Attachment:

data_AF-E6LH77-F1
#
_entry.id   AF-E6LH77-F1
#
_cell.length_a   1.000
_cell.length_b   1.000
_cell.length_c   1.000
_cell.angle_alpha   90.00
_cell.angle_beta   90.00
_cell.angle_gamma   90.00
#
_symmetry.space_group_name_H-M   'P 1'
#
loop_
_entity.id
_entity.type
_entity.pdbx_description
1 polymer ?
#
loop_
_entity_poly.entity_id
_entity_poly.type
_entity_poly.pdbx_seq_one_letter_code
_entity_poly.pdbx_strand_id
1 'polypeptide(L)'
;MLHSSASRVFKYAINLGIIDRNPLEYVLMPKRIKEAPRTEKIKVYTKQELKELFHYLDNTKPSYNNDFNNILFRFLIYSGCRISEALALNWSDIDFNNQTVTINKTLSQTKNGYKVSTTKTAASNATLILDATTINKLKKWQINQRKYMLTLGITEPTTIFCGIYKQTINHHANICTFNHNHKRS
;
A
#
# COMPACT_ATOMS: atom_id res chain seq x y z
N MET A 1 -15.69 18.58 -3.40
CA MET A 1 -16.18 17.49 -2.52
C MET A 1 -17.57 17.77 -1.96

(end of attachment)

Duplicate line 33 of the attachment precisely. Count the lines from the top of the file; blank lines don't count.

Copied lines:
C MET A 1 -17.57 17.77 -1.96